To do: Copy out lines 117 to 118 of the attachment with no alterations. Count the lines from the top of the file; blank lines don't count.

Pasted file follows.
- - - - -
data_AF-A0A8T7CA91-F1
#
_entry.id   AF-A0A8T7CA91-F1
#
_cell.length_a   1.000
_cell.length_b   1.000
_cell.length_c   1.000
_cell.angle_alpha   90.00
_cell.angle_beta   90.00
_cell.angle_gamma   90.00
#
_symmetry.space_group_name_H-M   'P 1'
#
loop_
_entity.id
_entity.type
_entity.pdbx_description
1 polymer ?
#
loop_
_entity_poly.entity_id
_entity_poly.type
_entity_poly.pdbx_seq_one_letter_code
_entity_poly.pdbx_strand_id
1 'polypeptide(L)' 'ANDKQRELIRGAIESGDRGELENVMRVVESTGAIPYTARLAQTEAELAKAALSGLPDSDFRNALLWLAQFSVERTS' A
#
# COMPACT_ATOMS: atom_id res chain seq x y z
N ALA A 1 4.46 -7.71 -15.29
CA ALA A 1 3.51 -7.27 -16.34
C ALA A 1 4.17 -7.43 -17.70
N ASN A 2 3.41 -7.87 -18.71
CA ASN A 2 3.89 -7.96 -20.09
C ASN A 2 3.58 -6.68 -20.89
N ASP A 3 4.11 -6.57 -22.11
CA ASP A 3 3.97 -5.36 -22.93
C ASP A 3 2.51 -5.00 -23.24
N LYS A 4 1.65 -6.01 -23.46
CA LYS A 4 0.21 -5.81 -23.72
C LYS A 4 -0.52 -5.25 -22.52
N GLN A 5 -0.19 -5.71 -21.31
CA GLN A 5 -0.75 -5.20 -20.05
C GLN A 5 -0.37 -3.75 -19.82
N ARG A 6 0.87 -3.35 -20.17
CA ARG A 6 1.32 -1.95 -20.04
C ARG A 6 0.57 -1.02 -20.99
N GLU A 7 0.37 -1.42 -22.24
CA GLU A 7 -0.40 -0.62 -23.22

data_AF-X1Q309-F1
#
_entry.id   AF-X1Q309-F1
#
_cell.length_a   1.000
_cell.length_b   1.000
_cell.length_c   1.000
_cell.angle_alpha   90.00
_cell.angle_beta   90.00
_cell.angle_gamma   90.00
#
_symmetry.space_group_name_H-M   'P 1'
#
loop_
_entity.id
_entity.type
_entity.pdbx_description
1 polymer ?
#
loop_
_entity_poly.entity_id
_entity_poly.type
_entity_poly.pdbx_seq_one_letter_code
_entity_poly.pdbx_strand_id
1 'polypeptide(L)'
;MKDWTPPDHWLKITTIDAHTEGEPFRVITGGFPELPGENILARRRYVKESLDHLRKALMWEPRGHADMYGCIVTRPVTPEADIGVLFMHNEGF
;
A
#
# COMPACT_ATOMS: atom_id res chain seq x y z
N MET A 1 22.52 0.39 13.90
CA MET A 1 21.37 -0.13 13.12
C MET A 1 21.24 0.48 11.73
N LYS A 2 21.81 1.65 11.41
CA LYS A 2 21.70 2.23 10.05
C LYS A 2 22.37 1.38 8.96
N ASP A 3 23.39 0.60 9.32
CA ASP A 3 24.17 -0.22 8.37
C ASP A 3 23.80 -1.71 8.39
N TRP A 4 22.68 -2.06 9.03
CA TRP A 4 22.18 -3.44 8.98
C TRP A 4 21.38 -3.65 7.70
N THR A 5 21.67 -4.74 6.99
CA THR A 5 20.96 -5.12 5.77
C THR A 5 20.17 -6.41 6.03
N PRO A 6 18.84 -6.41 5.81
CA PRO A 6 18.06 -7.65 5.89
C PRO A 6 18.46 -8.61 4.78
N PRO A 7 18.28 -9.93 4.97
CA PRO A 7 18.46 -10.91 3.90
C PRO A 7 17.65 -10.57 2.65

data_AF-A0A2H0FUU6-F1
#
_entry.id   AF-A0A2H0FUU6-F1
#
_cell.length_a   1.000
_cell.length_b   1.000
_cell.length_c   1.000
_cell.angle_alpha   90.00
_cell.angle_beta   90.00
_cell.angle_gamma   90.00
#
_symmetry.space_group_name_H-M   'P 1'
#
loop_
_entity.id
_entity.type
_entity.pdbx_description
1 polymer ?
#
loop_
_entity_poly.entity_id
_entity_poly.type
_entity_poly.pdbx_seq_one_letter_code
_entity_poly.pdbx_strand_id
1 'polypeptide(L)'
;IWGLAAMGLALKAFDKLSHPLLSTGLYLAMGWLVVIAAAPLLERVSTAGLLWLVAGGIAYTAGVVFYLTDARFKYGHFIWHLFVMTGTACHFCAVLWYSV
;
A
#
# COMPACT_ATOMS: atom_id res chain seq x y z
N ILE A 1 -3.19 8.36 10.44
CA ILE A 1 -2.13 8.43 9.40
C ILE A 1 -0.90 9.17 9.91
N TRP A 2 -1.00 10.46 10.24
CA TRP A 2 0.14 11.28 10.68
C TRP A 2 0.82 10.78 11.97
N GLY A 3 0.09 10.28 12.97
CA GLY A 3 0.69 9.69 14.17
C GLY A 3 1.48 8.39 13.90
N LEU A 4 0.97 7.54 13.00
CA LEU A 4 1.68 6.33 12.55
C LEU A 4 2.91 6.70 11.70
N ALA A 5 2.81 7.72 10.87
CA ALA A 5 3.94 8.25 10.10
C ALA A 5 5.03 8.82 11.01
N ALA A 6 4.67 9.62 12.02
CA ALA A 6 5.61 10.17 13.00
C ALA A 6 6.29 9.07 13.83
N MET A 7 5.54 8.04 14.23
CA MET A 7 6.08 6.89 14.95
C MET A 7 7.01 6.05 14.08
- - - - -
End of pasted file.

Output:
#
loop_